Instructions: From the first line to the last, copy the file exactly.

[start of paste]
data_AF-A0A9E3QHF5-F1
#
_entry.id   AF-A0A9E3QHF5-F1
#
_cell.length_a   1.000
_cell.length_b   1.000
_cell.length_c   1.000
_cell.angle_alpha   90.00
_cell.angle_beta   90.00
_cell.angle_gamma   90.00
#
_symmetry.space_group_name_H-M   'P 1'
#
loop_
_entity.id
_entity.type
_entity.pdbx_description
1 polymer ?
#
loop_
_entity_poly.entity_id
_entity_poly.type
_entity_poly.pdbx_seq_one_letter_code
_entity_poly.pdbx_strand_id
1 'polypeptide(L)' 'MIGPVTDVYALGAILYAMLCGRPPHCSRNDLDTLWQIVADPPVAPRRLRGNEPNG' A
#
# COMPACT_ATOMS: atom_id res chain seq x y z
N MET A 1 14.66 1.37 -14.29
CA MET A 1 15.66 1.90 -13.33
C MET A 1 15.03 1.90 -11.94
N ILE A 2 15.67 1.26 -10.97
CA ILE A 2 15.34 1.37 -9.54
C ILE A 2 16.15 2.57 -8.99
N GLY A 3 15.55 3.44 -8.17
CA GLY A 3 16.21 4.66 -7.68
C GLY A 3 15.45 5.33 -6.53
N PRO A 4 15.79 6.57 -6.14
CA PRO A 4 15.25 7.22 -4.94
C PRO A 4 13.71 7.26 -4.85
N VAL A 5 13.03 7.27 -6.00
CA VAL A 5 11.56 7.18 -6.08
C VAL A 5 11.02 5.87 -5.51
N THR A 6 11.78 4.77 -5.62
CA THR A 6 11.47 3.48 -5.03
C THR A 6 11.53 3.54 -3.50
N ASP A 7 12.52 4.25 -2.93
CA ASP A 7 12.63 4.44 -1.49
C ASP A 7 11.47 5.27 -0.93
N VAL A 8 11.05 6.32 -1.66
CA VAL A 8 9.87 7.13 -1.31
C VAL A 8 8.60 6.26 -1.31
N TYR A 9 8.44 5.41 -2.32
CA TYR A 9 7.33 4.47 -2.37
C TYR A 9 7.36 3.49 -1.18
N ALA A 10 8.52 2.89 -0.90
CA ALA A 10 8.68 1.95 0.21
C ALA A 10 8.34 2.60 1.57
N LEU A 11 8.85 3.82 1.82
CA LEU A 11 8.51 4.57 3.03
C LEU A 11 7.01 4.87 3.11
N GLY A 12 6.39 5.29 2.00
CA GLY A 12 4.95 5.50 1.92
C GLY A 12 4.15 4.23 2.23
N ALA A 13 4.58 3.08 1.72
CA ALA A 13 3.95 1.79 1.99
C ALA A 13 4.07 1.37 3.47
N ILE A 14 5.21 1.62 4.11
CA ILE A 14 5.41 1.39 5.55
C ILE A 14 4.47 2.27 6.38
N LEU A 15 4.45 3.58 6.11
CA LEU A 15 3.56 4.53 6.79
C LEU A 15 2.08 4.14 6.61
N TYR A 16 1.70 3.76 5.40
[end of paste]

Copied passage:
data_AF-A0A9E3QHF5-F1
#
_entry.id   AF-A0A9E3QHF5-F1
#
_cell.length_a   1.000
_cell.length_b   1.000
_cell.length_c   1.000
_cell.angle_alpha   90.00
_cell.angle_beta   90.00
_cell.angle_gamma   90.00
#
_symmetry.space_group_name_H-M   'P 1'
#
loop_
_entity.id
_entity.type
_entity.pdbx_description
1 polymer ?
#
loop_
_entity_poly.entity_id
_entity_poly.type
_entity_poly.pdbx_seq_one_letter_code
_entity_poly.pdbx_strand_id
1 'polypeptide(L)' 'MIGPVTDVYALGAILYAMLCGRPPHCSRNDLDTLWQIVADPPVAPRRLRGNEPNG' A
#
# COMPACT_ATOMS: atom_id res chain seq x y z
N MET A 1 14.66 1.37 -14.29
CA MET A 1 15.66 1.90 -13.33
C MET A 1 15.03 1.90 -11.94
N ILE A 2 15.67 1.26 -10.97
CA ILE A 2 15.34 1.37 -9.54
C ILE A 2 16.15 2.57 -8.99
N GLY A 3 15.55 3.44 -8.17
CA GLY A 3 16.21 4.66 -7.68
C GLY A 3 15.45 5.33 -6.53
N PRO A 4 15.79 6.57 -6.14
CA PRO A 4 15.25 7.22 -4.94
C PRO A 4 13.71 7.26 -4.85
N VAL A 5 13.03 7.27 -6.00
CA VAL A 5 11.56 7.18 -6.08
C VAL A 5 11.02 5.87 -5.51
N THR A 6 11.78 4.77 -5.62
CA THR A 6 11.47 3.48 -5.03
C THR A 6 11.53 3.54 -3.50
N ASP A 7 12.52 4.25 -2.93
CA ASP A 7 12.63 4.44 -1.49
C ASP A 7 11.47 5.27 -0.93
N VAL A 8 11.05 6.32 -1.66
CA VAL A 8 9.87 7.13 -1.31
C VAL A 8 8.60 6.26 -1.31
N TYR A 9 8.44 5.41 -2.32
CA TYR A 9 7.33 4.47 -2.37
C TYR A 9 7.36 3.49 -1.18
N ALA A 10 8.52 2.89 -0.90
CA ALA A 10 8.68 1.95 0.21
C ALA A 10 8.34 2.60 1.57
N LEU A 11 8.85 3.82 1.82
CA LEU A 11 8.51 4.57 3.03
C LEU A 11 7.01 4.87 3.11
N GLY A 12 6.39 5.29 2.00
CA GLY A 12 4.95 5.50 1.92
C GLY A 12 4.15 4.23 2.23
N ALA A 13 4.58 3.08 1.72
CA ALA A 13 3.95 1.79 1.99
C ALA A 13 4.07 1.37 3.47
N ILE A 14 5.21 1.62 4.11
CA ILE A 14 5.41 1.39 5.55
C ILE A 14 4.47 2.27 6.38
N LEU A 15 4.45 3.58 6.11
CA LEU A 15 3.56 4.53 6.79
C LEU A 15 2.08 4.14 6.61
N TYR A 16 1.70 3.76 5.40